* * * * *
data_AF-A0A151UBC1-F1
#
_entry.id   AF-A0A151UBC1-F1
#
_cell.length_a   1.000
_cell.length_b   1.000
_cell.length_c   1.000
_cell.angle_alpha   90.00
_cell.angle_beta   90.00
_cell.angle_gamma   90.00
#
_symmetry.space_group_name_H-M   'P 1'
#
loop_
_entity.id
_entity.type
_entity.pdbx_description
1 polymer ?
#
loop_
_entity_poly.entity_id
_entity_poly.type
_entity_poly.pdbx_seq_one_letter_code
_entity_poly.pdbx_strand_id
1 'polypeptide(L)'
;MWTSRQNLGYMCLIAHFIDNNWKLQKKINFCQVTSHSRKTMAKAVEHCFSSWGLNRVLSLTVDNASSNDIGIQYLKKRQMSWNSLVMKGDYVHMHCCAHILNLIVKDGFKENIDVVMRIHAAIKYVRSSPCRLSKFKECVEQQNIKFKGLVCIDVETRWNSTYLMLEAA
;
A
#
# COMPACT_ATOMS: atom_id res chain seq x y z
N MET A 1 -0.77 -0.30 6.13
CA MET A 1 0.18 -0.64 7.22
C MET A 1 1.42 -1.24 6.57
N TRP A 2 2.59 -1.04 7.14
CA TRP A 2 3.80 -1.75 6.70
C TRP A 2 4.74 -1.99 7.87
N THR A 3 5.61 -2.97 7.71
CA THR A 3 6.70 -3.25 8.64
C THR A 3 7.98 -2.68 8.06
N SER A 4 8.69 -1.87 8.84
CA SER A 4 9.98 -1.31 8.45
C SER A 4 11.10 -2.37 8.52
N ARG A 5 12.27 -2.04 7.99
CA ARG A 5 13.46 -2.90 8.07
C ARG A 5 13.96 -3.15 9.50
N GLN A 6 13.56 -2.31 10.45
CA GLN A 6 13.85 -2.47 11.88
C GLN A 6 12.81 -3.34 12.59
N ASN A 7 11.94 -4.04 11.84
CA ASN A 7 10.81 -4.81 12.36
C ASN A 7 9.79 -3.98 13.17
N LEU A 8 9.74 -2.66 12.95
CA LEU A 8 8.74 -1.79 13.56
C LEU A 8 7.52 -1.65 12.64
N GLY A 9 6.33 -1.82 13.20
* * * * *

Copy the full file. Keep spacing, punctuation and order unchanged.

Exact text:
data_AF-A0A151UBC1-F1
#
_entry.id   AF-A0A151UBC1-F1
#
_cell.length_a   1.000
_cell.length_b   1.000
_cell.length_c   1.000
_cell.angle_alpha   90.00
_cell.angle_beta   90.00
_cell.angle_gamma   90.00
#
_symmetry.space_group_name_H-M   'P 1'
#
loop_
_entity.id
_entity.type
_entity.pdbx_description
1 polymer ?
#
loop_
_entity_poly.entity_id
_entity_poly.type
_entity_poly.pdbx_seq_one_letter_code
_entity_poly.pdbx_strand_id
1 'polypeptide(L)'
;MWTSRQNLGYMCLIAHFIDNNWKLQKKINFCQVTSHSRKTMAKAVEHCFSSWGLNRVLSLTVDNASSNDIGIQYLKKRQMSWNSLVMKGDYVHMHCCAHILNLIVKDGFKENIDVVMRIHAAIKYVRSSPCRLSKFKECVEQQNIKFKGLVCIDVETRWNSTYLMLEAA
;
A
#
# COMPACT_ATOMS: atom_id res chain seq x y z
N MET A 1 -0.77 -0.30 6.13
CA MET A 1 0.18 -0.64 7.22
C MET A 1 1.42 -1.24 6.57
N TRP A 2 2.59 -1.04 7.14
CA TRP A 2 3.80 -1.75 6.70
C TRP A 2 4.74 -1.99 7.87
N THR A 3 5.61 -2.97 7.71
CA THR A 3 6.70 -3.25 8.64
C THR A 3 7.98 -2.68 8.06
N SER A 4 8.69 -1.87 8.84
CA SER A 4 9.98 -1.31 8.45
C SER A 4 11.10 -2.37 8.52
N ARG A 5 12.27 -2.04 7.99
CA ARG A 5 13.46 -2.90 8.07
C ARG A 5 13.96 -3.15 9.50
N GLN A 6 13.56 -2.31 10.45
CA GLN A 6 13.85 -2.47 11.88
C GLN A 6 12.81 -3.34 12.59
N ASN A 7 11.94 -4.04 11.84
CA ASN A 7 10.81 -4.81 12.36
C ASN A 7 9.79 -3.98 13.17
N LEU A 8 9.74 -2.66 12.95
CA LEU A 8 8.74 -1.79 13.56
C LEU A 8 7.52 -1.65 12.64
N GLY A 9 6.33 -1.82 13.20